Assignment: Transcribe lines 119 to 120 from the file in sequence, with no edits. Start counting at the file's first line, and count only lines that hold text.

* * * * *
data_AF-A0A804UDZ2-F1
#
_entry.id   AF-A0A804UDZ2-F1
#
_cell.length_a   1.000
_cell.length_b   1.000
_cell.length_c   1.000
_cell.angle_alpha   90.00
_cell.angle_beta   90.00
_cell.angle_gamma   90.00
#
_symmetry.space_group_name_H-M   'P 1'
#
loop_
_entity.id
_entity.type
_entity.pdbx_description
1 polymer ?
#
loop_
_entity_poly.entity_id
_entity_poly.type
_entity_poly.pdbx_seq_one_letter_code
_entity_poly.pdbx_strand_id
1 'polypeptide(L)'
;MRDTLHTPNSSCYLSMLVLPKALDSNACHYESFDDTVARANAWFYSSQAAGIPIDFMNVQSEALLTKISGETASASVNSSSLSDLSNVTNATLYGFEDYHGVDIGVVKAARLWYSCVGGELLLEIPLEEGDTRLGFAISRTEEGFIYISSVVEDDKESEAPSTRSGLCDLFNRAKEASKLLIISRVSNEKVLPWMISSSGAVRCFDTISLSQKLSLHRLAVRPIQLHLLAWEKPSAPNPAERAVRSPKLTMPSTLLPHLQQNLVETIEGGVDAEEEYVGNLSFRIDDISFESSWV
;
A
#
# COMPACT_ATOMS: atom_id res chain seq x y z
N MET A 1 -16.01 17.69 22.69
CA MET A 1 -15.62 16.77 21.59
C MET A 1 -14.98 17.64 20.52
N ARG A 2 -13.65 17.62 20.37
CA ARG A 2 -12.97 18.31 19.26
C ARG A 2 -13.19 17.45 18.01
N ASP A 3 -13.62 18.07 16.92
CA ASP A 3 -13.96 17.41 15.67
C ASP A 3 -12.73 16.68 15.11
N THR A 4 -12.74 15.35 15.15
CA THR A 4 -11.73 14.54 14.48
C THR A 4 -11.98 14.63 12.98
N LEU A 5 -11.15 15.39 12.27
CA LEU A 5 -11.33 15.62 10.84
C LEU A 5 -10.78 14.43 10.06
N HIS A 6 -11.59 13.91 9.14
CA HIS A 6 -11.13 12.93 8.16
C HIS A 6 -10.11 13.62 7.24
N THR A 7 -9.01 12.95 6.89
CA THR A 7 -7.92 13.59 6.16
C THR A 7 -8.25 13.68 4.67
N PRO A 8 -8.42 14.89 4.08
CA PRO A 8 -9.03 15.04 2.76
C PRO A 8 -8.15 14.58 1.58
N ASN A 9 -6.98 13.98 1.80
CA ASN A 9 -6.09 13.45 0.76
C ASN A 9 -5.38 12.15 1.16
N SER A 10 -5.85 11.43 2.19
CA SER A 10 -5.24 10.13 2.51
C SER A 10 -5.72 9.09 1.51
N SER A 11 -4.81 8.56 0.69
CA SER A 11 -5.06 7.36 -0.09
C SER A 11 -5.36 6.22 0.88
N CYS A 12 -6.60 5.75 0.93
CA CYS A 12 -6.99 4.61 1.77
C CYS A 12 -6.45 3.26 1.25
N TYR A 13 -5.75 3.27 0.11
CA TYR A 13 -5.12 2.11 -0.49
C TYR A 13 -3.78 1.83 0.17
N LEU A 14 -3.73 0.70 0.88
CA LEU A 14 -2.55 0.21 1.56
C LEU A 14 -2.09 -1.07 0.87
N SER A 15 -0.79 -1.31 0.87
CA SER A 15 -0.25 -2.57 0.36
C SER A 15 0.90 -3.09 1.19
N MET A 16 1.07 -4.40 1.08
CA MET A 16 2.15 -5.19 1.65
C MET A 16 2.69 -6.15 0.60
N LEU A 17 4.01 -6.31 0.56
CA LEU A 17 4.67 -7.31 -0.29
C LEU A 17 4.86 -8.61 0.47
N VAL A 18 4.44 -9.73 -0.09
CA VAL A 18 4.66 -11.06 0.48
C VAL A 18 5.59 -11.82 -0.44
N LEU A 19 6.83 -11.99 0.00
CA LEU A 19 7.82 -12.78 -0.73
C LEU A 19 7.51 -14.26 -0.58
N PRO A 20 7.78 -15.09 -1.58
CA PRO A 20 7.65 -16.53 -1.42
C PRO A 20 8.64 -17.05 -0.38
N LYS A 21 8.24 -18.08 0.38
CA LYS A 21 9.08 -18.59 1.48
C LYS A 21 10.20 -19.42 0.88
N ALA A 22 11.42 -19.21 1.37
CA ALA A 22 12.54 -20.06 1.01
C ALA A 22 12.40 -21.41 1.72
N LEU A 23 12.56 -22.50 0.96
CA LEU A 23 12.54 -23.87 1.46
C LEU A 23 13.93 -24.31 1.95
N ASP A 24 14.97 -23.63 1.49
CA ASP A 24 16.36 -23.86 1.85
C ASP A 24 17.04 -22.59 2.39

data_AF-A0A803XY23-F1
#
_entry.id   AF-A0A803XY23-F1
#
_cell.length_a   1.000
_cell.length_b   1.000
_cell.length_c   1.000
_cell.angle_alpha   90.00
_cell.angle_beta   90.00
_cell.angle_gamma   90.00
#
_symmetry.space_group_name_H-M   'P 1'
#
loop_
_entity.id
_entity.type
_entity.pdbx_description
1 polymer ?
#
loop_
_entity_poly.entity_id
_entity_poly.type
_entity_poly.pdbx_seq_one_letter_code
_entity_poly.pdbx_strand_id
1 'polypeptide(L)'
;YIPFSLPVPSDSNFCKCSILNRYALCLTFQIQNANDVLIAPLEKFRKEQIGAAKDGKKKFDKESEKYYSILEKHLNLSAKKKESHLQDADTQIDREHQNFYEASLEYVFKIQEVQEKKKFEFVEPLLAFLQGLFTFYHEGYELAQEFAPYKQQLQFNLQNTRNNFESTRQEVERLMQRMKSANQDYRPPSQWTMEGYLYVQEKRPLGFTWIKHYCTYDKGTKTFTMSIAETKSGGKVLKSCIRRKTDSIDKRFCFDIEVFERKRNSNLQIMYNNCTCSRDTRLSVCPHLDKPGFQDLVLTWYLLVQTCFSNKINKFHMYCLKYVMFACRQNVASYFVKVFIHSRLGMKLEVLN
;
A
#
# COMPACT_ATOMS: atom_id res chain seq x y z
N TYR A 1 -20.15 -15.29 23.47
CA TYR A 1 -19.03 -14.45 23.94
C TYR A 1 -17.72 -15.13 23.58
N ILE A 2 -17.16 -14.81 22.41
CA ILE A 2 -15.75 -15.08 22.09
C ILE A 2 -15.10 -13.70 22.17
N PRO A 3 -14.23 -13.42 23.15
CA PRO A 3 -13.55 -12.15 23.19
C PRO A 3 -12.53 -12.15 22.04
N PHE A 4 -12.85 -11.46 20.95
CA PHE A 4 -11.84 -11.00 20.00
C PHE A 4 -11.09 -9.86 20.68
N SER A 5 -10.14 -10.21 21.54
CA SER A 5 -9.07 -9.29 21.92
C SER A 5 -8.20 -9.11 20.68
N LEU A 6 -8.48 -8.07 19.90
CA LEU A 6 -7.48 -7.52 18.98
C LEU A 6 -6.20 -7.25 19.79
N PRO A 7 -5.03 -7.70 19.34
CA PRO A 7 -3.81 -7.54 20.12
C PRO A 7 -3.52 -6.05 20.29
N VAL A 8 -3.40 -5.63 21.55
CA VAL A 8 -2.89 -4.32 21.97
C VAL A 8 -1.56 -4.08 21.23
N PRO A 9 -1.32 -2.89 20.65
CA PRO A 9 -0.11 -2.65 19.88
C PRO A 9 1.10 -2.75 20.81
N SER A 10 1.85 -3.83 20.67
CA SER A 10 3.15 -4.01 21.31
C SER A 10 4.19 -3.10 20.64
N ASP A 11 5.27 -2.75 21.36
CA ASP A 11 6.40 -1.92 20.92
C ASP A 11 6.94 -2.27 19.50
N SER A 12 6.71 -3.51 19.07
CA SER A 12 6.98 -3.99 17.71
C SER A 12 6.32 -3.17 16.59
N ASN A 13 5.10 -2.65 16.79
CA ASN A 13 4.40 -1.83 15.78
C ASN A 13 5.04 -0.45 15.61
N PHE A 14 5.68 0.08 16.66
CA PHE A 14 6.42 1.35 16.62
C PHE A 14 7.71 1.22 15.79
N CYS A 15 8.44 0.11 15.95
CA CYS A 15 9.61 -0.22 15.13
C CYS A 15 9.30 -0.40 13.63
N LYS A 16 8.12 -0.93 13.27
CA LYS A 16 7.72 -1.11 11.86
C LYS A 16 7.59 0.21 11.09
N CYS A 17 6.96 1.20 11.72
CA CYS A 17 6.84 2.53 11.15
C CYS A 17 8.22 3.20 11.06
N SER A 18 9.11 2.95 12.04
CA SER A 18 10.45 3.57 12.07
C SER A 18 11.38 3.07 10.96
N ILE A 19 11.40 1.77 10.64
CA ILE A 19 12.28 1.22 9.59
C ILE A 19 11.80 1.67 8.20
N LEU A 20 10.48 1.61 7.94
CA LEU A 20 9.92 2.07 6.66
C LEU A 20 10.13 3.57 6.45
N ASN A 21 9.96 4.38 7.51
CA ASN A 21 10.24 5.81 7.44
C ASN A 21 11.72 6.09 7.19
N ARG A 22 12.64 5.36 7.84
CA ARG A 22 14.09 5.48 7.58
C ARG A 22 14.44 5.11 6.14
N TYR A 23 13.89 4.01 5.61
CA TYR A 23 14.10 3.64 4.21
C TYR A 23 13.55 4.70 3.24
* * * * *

_entity.pdbx_description
1 polymer ?